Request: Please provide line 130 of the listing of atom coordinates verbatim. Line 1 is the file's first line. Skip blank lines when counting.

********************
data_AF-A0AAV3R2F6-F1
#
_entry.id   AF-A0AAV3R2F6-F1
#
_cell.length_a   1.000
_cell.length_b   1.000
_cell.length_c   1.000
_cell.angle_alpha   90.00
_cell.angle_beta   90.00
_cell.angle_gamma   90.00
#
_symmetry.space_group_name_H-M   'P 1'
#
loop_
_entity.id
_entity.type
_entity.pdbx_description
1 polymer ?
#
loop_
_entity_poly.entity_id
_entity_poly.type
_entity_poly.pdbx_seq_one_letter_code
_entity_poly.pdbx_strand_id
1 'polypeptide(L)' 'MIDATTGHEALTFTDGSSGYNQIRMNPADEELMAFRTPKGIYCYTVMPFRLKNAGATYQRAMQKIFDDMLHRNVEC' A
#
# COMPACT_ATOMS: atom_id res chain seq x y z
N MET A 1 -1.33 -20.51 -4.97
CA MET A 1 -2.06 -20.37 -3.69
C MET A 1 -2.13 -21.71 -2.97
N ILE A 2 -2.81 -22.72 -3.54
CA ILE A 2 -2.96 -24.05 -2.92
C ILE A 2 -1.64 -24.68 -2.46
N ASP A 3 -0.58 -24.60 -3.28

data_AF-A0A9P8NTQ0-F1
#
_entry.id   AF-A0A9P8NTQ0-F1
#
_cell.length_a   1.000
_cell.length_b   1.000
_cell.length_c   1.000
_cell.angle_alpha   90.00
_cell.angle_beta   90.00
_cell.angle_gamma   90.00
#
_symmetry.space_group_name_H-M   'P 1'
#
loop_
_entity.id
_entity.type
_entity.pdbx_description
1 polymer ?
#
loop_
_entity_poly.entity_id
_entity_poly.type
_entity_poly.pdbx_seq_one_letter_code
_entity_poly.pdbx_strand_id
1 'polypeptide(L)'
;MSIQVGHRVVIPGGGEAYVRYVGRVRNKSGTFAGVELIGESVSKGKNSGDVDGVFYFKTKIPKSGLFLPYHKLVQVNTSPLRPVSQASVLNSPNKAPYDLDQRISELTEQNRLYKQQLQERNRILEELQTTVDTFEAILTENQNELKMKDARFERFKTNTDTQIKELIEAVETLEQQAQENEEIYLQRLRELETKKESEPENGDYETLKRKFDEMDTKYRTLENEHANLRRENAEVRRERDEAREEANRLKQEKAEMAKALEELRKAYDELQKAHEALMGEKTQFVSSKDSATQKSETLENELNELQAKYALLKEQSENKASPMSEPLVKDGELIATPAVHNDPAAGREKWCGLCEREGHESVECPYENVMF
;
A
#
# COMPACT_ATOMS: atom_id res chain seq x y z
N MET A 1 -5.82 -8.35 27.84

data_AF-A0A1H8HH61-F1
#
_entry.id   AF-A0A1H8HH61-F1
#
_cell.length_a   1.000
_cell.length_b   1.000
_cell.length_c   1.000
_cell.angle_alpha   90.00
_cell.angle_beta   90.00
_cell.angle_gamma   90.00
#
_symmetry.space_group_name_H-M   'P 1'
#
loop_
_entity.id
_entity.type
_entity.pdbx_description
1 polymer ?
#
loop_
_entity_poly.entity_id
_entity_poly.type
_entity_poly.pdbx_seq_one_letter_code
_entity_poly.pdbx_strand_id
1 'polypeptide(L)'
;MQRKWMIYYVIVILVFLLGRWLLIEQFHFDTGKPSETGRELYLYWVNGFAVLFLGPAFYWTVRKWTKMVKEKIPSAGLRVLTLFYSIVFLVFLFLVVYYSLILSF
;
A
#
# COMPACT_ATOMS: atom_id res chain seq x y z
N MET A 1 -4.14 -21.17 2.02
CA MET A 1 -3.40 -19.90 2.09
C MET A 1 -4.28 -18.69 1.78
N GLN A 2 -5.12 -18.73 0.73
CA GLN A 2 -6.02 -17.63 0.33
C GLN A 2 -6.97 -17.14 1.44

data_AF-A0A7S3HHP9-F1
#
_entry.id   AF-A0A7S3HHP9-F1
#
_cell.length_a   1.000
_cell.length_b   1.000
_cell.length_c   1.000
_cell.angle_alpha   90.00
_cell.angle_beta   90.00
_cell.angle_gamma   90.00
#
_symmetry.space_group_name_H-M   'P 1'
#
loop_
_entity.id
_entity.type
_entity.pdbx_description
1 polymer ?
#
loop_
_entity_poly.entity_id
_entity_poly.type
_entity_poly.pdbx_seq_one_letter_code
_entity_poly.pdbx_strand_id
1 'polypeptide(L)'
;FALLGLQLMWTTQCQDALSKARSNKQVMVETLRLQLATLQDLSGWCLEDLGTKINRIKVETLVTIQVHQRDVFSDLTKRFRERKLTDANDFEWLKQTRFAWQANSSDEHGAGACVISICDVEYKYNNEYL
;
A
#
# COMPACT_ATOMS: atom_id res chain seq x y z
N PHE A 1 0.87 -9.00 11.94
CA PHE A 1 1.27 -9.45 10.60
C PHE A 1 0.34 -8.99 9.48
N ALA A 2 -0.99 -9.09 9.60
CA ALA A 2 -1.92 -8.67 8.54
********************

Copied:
#